Condon: "From this standpoint the ideal situation is that, he understands he’s under contract [with Philadelphia] for two years, but the offseason program is voluntary and he can certainly make his wishes known with regard to wanting to go some place else and set up and be there for the rest of his career."

Bradford signed his contract 55 days ago, and was already paid $5.5 million dollars. That money is already in his bank account. Where can I be bad at my job for six years, get paid, and then say, "Nah, I'm just gonna sit this out."

Condon: Sam’s a competitor and he wants to go some place that he’s the man. 

Clearly, Sam Bradford is anything but a competitor, and no matter where he goes, he will never be "the man."

Condon: "He just doesn’t want to be there holding a place card and then wondering where he’s going to go at the end of the year. He’d like to go some place where he can participate and play."

He'd like to go some place where he isn't challenged.

Condon: "Last year, he was coming off of the ACL two years in a row, he got through the 14 games and his stats over those 14 games put him in about the middle of the starters."

The middle of the starters? Really? Here is where Bradford's numbers ranked last season:

 Sam BradfordStat Rank 
 QB rating86.4 26 
 YPA7.0 25 
 TD passes19 T-22 
 Completion percentage65.0% 11 

And the only reason Bradford's completion percentage was a little above average was because the vast majority of his completions were short throws. On the whole last season, Sam Bradford was very clearly a below average quarterback.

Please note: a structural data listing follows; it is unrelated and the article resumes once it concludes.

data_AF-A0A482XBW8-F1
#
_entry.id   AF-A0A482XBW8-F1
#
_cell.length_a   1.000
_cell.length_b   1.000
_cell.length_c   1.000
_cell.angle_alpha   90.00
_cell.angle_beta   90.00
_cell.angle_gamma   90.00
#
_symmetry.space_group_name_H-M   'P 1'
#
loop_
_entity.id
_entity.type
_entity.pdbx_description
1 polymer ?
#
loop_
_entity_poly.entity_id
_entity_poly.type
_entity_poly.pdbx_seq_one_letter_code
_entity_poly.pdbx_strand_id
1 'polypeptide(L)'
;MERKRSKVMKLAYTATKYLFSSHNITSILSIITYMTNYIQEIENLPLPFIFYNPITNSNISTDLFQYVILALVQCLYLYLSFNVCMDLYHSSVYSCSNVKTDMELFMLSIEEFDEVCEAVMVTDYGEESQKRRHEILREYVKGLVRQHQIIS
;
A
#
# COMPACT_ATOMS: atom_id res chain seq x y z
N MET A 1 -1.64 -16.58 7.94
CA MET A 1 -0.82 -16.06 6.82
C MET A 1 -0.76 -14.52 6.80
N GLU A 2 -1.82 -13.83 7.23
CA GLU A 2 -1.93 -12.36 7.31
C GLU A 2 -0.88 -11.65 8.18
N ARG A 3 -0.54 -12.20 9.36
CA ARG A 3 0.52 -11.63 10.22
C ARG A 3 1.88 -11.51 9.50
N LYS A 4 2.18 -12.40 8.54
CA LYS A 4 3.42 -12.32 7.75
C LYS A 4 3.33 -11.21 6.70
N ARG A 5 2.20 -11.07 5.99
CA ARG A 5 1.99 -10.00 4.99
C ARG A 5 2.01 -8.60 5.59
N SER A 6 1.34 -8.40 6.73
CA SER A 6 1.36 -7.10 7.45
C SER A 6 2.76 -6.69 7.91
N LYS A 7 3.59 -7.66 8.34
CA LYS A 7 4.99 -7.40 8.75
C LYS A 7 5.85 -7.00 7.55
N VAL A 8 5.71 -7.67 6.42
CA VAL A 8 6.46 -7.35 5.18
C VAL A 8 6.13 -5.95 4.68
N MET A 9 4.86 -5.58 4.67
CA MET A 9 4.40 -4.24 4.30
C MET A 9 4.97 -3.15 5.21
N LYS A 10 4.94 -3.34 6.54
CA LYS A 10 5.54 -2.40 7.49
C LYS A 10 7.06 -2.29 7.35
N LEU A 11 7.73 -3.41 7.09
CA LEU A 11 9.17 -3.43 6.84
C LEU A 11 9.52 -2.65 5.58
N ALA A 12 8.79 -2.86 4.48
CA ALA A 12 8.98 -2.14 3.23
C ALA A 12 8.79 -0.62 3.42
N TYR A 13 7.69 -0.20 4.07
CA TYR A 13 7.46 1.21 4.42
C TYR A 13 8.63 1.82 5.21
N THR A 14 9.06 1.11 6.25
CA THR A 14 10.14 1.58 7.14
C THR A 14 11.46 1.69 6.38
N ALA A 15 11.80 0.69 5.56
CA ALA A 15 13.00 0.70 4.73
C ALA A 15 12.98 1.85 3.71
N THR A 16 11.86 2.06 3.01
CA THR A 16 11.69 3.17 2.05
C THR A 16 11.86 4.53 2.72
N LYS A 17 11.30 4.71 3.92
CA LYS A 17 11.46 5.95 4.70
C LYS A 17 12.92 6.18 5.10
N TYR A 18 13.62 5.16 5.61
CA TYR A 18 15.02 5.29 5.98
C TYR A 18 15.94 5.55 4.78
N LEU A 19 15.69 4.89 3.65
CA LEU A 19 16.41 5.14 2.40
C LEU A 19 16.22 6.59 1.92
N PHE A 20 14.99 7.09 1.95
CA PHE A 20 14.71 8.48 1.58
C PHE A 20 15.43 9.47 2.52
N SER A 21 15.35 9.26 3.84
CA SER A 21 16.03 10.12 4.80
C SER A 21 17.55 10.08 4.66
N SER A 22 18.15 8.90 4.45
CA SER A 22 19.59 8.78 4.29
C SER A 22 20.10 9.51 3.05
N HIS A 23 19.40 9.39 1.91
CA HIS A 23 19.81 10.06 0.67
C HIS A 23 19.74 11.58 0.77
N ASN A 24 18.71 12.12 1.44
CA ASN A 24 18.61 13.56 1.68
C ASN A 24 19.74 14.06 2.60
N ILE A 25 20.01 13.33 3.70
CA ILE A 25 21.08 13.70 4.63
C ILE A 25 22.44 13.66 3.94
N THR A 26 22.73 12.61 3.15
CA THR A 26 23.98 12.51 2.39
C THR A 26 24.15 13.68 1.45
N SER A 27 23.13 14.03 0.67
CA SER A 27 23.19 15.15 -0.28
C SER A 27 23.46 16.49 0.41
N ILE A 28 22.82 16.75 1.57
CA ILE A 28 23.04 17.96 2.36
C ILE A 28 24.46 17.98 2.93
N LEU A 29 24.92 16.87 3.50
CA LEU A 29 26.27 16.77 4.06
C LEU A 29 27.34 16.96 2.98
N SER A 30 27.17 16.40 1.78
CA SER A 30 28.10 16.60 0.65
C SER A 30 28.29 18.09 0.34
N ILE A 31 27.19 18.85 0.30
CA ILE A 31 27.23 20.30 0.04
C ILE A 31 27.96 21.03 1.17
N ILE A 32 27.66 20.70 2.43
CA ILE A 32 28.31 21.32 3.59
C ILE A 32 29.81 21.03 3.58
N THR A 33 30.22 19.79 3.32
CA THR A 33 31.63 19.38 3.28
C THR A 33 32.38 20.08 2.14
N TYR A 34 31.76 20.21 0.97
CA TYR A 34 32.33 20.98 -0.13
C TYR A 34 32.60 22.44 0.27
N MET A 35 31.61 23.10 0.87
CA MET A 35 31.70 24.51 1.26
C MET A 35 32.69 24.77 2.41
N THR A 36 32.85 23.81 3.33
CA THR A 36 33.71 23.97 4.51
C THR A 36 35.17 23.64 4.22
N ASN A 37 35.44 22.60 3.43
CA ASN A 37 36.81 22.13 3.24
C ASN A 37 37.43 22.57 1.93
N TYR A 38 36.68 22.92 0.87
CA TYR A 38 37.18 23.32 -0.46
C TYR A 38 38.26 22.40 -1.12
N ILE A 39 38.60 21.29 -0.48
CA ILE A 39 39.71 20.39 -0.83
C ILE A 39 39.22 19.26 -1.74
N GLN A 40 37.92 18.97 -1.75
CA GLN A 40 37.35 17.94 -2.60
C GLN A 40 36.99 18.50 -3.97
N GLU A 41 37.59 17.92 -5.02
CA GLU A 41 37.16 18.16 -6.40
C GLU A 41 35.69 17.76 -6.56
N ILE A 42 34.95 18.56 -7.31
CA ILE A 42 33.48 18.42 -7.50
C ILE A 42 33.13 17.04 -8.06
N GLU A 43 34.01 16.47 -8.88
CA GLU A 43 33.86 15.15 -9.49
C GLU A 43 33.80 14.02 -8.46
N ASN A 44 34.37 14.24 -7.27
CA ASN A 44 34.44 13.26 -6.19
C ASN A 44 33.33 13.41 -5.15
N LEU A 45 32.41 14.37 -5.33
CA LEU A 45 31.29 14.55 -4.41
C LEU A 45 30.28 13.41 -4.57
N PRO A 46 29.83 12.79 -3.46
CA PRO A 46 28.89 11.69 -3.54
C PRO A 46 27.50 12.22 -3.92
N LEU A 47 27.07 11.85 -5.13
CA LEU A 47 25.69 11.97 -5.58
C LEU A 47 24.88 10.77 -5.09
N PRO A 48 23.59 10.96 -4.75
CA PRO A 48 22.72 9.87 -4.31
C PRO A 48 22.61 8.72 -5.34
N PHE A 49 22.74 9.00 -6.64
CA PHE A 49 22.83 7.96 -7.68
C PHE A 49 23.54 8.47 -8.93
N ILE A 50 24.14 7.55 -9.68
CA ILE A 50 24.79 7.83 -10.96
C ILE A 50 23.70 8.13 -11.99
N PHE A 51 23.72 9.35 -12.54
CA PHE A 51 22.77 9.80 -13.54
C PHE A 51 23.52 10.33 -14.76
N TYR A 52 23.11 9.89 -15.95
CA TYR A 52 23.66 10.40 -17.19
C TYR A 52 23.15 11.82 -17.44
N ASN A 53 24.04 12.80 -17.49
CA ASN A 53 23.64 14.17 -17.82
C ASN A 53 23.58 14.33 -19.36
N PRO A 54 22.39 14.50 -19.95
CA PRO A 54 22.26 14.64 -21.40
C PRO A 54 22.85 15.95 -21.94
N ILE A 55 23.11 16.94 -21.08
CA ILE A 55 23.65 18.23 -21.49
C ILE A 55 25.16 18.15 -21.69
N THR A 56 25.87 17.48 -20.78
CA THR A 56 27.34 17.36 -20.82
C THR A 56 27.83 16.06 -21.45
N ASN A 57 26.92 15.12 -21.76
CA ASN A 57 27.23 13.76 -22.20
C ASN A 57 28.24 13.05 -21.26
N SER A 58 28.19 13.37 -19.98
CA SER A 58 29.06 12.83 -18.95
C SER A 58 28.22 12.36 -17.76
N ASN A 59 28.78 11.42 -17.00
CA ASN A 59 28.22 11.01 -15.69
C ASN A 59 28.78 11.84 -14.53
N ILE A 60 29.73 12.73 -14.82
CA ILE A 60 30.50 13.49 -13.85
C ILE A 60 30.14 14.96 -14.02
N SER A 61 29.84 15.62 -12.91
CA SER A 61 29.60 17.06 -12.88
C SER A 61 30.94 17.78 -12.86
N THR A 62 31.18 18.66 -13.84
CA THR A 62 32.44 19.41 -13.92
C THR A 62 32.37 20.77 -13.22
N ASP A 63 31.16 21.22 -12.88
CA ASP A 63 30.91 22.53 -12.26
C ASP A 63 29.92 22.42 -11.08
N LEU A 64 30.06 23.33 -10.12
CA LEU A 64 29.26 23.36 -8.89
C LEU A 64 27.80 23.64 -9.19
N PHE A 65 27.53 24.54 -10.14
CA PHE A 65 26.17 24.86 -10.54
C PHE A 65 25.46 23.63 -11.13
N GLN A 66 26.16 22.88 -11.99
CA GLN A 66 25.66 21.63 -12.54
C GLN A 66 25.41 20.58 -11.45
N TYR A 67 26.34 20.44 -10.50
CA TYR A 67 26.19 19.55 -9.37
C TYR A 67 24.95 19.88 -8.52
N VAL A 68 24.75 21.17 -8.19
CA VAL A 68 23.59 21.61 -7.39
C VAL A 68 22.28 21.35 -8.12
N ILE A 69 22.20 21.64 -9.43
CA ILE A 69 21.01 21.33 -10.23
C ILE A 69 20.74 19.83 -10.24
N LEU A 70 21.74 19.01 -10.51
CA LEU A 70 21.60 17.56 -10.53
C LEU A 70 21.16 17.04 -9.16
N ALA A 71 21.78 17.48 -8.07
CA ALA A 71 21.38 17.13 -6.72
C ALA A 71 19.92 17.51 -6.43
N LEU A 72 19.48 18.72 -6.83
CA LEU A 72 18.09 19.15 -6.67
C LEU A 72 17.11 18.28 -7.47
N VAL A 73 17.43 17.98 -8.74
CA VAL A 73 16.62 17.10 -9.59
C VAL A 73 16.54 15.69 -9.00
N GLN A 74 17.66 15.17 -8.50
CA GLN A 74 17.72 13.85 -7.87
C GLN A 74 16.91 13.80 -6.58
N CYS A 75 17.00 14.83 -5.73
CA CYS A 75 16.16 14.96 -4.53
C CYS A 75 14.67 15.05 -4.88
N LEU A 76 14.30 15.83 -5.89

Condon: "If you look at the second half of those 14 games, in the last seven, he was in the top eight or so."

Oh my God, here we go with this "last seven games" crap again. Allow me to be crystal clear -- Sam Bradford's last seven games, while certainly better than his first seven games, were not impressive. We even published a children's book about it.

Condon: "And as he got closer to the finish, in his last three games his statistics were really pretty very remarkable."

If by "remarkable," you mean that he put up inflated stats in garbage time blowout losses to the Cardinals and Redskins, followed by a meaningless Week 17 game against the third-worst defense in NFL history, then sure, they were "remarkable."

Jimmy Kempski/for PhillyVoice

Condon: "He doesn’t view himself as somebody who is a stop-gap kind of quarterback and he wants to go some place and take a chance on being with a team for a long time and I can’t blame him for that."

Then maybe you shouldn't have signed him to essentially a one-year deal before free agency even began.

Follow Jimmy on Twitter: @JimmyKempski